Goodwood Racecourse is situated five miles north of Chichester in West Sussex in the south of England. The racecourse traces the southern edge of the South Downs National Park, created in 2011 and offers spectacular views over the countryside towards Midhurst to the north and Chichester to the south. It is widely considered to be the most scenic racecourse in Europe. The history of racing at Goodwood can be traced back to 1802, when Charles Lennox, Third Duke of Richmond, established a racecourse, known as “The Harroway”, on the Goodwood Estate. Apart from a brief hiatus for World War II, Goodwood Racecourse has continued to flourish ever since. Today, the five day festival of racing, known as “Glorious Goodwood”, which takes place in late July and early August, is one of the highlights of the British racing calendar.
For racegoers, Goodwood offers a choice of the Richmond Enclosure, with an admission price of £30 per person and the Gordon Enclosure, with an admission price of £23. Concessions are available for senior citizens and admission is free for accompanied children in both enclosures.
On days when racing is not taking place, Goodwood Racecourse offers a range of flexible indoor and outdoor spaces suitable for corporate events, such as conferences, dinners, meetings and seminars. The Duke of Richmond's Private Box, for example, can accommodate up to 50 people, while the Horsewalk, under the Charlton Stand, can accommodate up to 200 people depending on the type of event. Alternatively, you might like to choose the Charlton Suite or the Sussex Stand, which can be divided into separate areas to your liking and have spacious balconies overlooking the racecourse.
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What's unique about the course at Goodwood?
Essentially, Goodwood can be described as a right-handed, fairly sharp track, although the five-furlong course is one of the fastest in the country. The track consists of a straight six-furlong course, which is joined by a right-handed triangular loop.
In races between 1 mile 4 furlongs and 2 miles 5 furlongs, horses run the wrong way up the straight, away from the winning post, branch off at the lower bend, around the loop and back to the winning post. Races between 7 furlongs and 1 mile 3 furlongs take place in the opposite directions.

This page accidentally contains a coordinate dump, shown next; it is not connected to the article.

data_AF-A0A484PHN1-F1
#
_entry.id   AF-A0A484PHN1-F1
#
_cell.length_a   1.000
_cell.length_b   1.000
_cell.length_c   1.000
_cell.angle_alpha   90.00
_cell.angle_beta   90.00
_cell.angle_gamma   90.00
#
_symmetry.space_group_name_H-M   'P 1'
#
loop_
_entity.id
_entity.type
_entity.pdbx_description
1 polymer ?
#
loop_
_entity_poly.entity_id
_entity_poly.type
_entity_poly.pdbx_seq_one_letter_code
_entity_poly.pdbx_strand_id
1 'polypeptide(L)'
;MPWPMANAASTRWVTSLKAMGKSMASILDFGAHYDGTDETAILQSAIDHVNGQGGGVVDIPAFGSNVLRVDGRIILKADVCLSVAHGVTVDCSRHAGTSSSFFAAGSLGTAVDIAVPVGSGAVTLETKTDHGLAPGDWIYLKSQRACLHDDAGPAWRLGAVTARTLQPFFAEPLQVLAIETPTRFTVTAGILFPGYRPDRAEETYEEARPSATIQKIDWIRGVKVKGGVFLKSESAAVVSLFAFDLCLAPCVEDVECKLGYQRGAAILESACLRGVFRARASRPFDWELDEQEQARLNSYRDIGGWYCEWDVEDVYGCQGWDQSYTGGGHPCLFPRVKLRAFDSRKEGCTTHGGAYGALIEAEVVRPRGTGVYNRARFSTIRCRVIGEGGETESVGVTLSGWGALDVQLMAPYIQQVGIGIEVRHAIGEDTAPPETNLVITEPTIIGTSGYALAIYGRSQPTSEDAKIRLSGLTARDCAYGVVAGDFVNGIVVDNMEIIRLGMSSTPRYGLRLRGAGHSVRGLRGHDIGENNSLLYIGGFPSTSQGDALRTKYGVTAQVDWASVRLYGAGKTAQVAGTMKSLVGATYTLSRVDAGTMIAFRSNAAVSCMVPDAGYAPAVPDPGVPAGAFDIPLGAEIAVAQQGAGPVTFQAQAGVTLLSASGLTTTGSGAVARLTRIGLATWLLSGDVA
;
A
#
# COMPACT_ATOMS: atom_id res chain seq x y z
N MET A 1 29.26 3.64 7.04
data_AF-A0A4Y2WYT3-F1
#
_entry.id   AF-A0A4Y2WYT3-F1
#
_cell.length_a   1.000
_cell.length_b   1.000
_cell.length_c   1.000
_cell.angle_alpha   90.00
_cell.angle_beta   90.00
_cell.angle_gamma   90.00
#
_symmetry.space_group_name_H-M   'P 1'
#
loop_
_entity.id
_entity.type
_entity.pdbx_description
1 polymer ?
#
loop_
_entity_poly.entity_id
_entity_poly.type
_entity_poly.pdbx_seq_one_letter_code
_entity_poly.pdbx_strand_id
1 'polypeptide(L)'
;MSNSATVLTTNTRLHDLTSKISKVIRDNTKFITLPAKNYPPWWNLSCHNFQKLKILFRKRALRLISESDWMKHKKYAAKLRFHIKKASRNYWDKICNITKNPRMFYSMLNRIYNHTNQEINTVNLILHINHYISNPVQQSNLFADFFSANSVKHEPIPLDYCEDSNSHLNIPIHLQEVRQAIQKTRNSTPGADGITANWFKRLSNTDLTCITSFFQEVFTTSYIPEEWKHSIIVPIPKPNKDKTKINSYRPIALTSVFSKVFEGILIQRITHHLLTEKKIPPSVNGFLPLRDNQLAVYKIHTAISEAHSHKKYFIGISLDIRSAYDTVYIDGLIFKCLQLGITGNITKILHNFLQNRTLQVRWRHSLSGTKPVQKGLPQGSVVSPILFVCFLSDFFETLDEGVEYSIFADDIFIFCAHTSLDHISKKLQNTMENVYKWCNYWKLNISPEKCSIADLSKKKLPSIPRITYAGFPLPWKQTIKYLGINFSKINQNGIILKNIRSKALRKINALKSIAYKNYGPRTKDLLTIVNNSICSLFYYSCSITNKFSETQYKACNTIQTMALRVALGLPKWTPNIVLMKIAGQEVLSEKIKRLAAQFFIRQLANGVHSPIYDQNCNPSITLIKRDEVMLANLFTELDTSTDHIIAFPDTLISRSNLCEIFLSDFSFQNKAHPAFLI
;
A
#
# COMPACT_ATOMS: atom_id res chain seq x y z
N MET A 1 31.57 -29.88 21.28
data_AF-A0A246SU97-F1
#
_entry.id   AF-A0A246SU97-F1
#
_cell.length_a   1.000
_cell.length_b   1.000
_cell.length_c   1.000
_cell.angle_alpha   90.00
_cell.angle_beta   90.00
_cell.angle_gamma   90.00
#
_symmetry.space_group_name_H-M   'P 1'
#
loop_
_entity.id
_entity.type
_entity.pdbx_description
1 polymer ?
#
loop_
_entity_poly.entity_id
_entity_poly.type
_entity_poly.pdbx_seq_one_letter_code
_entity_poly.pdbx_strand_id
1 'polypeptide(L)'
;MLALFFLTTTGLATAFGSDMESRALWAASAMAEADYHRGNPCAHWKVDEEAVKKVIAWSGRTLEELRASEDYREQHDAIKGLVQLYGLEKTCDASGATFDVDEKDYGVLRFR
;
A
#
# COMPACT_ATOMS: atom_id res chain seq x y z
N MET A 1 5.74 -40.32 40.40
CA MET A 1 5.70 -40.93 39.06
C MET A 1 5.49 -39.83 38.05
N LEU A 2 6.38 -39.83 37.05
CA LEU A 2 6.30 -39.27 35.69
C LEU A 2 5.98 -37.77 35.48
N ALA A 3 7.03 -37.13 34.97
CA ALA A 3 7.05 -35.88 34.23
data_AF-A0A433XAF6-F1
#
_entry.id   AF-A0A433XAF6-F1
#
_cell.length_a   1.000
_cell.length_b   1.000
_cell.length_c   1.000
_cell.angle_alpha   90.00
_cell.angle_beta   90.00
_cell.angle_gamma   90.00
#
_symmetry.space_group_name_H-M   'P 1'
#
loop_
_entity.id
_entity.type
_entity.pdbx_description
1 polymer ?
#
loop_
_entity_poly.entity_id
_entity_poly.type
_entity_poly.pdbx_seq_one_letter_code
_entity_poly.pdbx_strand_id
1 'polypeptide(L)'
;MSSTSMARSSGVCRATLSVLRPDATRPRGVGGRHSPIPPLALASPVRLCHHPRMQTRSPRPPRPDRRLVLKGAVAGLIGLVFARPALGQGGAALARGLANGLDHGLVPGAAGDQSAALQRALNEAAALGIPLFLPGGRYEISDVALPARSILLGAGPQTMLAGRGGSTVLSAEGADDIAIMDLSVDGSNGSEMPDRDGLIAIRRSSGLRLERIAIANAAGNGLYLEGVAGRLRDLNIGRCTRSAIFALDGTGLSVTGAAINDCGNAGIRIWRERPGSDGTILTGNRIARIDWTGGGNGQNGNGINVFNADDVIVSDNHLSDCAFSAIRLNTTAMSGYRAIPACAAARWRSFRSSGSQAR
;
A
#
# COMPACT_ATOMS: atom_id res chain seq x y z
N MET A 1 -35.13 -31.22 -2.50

The downhill gradients from the turn into the straight make Goodwood better suited to handy, nimble horses than their big, long-striding counterparts. Horses with form on similar courses, such as Beverley, Brighton and Epsom, traditionally do well at Goodwood.
Notable Races and Events
Goodwood Racecourse hosts many prestigious and valuable races during the year, but the two most notable are the two Group 1 races, the Sussex Stakes and the Nassau Stakes, both run during the annual “Glorious Goodwood” meeting.
The Sussex Stakes, run over a mile, is the highlight of the meeting and offers the 3-year-olds of the current Classic generation the chance to take on the older horses. The roll of honour for the race includes such notable names as Petite Etoile, Brigadier Gerard, Giant's Causeway and, of course, Frankel, who was the last horse to win the 2,000 Guineas and the Sussex Stakes in the same season in 2011. Just for good measure, Frankel won the Sussex Stakes again in 2012, cruising home by 6 lengths at odds of 1/20 to become the first horse to win the race twice.
The Nassau Stakes, run over 1 mile 2 furlongs, was upgraded to Group 1 status in 1999 and is open to fillies and mares aged three years and upwards. Midday, trained by Sir Henry Cecil, won the race three years running in 2009, 2010 and 2011 and last year's winner, The Fugue, trained by John Gosden, went on to finish second in the Yorkshire Oaks at York and third in the Breeders' Cup Filly & Mare Turf at Santa Anita.
Architecturally, Goodwood Racecourse has undergone some significant changes in the last few decades. In 1979, the old grandstand was demolished and replaced by the March Stand, designed by Sir Philip Dowson and officially opened by HM The Queen. The Charlton Stand was opened in 1989 and the Sussex Stand, which later received a commendation by the Royal Fine Arts Commission, was opened in 1990.
Top Owners, Jockeys and Trainers
Richard Hughes holds a healthy lead at the head of the jockeys' table for the last five seasons with 59 winners from 294 rides, 25 winners ahead of his nearest pursuer, Ryan Moore, who has recorded 34 winners from 196 rides in the same period. Perhaps unsurprisingly, Richard Hughes' boss, Richard Hannon, is far and away the most successful trainer during the last five seasons with 70 winners from 410 runners and Khalid Abdulla is the most successful owner with 30 winners from 89 runners.
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